Fifteen states have adopted legislative term limits. Fifteen states have adopted them, including Arkansas, Florida, and Louisiana in the South. What type of legislative term limits have been adopted?
The fifteen states that have adopted legislative term limits have imposed two types of term limits: lifetime and consecutive. Lifetime term limits restrict the length of time a legislator can serve in the House of Representatives or Senate during their lifetime. Consecutive term limits restrict the number of consecutive years that a legislator can serve in either the House or the Senate, but allow the legislator to be re-elected after a period of time out of office.
According to the National Council of State Legislatures (NCSL), there are currently 15 states which have adopted term limits for legislators elected to their Houses of Representatives (congresspersons) and their Senates (senators).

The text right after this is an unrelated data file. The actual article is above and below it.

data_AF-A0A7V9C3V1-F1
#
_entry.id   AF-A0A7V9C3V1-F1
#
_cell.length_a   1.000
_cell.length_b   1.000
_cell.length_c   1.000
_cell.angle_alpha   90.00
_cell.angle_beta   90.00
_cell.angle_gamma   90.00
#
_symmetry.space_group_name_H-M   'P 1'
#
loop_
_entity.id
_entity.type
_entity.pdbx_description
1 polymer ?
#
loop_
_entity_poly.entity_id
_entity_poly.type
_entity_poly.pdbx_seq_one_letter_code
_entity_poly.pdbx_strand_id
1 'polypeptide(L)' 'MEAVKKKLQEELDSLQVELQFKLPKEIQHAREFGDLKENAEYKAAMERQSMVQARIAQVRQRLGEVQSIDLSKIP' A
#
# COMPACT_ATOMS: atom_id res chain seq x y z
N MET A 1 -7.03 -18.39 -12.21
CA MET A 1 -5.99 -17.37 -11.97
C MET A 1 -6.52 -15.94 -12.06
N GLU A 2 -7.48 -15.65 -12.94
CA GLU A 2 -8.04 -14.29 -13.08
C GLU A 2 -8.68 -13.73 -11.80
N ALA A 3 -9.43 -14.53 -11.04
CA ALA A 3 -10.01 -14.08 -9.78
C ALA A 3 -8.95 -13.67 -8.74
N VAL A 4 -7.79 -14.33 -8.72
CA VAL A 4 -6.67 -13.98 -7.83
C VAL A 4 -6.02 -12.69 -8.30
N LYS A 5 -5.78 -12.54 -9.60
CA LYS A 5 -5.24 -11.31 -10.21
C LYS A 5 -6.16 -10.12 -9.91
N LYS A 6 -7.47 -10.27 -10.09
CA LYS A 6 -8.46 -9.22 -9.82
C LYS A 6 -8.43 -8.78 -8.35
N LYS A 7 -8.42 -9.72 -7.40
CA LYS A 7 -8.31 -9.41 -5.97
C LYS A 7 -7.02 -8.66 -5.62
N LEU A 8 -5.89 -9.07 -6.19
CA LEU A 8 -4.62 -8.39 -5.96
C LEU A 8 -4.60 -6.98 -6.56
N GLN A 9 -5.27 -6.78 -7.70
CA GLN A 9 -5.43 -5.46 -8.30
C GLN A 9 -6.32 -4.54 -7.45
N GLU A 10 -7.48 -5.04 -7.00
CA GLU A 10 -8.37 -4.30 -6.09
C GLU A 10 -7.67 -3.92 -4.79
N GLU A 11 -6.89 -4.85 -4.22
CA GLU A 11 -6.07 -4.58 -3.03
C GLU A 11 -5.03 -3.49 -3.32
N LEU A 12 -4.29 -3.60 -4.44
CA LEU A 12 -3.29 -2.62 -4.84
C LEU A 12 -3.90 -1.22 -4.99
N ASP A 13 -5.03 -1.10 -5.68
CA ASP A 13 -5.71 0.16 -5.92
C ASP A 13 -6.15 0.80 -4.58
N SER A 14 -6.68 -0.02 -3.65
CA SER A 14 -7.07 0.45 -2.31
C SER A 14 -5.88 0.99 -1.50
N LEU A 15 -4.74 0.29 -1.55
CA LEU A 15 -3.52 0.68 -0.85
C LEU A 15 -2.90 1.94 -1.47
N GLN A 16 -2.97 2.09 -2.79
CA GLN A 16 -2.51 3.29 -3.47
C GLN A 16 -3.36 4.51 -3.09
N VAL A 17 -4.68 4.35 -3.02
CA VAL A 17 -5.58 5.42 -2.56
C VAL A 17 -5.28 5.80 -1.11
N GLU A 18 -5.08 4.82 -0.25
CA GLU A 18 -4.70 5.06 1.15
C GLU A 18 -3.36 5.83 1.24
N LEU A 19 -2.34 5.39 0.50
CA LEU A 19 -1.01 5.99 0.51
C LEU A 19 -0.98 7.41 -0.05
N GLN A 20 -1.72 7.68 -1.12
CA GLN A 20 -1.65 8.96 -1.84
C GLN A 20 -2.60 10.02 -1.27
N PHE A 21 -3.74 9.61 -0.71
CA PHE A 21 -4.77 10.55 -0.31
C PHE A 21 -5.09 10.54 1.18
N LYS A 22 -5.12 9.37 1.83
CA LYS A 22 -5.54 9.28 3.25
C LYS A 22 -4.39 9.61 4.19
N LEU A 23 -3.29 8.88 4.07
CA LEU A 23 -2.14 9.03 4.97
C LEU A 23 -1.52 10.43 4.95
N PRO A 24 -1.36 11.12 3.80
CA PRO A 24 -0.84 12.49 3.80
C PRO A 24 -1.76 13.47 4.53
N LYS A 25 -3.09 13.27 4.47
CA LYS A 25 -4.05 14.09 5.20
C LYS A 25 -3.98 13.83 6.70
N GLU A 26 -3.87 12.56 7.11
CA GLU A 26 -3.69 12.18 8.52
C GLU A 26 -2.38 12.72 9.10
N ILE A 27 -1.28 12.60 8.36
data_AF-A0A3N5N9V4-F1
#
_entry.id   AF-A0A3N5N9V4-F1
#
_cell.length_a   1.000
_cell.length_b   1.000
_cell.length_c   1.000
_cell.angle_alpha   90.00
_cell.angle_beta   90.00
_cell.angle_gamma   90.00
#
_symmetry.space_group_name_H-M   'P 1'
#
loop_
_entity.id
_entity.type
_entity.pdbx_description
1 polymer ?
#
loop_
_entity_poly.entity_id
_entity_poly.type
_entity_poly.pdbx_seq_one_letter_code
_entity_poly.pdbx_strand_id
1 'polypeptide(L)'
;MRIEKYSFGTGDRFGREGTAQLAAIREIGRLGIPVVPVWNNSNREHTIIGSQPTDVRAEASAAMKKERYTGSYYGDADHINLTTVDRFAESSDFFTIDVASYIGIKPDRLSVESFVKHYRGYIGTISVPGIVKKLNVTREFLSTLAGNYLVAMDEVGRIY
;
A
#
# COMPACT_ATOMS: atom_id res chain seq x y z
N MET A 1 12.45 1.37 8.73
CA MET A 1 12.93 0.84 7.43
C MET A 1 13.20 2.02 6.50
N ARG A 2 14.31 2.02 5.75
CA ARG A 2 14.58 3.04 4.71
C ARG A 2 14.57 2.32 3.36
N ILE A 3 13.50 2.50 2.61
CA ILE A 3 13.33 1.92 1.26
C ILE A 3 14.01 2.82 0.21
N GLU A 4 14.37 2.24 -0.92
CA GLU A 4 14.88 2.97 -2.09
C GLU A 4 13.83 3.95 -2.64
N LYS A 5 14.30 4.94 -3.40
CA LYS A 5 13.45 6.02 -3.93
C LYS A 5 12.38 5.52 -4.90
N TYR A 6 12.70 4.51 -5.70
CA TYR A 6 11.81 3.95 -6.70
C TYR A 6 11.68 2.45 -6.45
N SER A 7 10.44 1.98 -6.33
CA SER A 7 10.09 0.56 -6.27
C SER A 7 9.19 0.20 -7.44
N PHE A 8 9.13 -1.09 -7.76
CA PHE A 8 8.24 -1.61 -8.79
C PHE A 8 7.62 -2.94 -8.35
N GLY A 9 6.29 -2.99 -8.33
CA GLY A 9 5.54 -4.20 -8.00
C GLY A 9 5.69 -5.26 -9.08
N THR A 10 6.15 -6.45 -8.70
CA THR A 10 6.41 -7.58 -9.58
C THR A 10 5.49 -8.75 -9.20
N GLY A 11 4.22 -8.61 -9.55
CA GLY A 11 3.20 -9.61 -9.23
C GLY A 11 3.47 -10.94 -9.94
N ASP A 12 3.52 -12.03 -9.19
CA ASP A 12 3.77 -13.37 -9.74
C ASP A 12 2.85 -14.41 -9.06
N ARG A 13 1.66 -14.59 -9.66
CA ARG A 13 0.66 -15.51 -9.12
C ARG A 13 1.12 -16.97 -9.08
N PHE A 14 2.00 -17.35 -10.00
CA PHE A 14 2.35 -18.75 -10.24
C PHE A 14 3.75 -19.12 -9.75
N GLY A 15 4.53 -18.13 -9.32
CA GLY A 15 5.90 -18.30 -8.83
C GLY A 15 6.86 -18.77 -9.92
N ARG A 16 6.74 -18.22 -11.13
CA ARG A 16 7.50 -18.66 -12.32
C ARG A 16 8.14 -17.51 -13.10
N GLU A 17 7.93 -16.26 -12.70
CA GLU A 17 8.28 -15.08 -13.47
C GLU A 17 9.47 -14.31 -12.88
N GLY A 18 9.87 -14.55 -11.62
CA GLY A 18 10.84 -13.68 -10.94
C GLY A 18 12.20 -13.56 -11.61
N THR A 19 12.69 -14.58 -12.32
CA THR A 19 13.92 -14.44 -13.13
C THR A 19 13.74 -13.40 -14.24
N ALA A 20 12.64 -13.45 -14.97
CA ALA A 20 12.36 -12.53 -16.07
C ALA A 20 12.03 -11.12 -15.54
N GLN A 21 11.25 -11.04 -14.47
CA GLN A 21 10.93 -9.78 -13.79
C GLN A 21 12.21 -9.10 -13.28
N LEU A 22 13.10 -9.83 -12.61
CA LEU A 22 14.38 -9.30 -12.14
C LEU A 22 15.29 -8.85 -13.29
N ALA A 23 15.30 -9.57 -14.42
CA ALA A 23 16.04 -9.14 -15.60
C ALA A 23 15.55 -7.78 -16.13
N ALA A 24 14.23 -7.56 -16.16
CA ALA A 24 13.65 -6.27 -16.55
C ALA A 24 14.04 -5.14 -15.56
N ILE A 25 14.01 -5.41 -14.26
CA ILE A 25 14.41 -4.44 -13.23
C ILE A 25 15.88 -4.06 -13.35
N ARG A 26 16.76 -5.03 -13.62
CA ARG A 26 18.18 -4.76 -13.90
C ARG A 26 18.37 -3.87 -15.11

There are two types of term limits: lifetime and consecutive.
A lifetime term limit imposes a restriction on the total time that a legislator can serve as a congressperson and/or senator in their lifetime. Six states impose lifetime term limits (AR, CA NV, MI, MO, OK), ranging from a limit of 6 years in the House and 8 in the Senate (MI), to a total of 12 years in the House and/or Senate (NV), and 16 years total (AZ).
Once a legislator reaches the lifetime limit, they...
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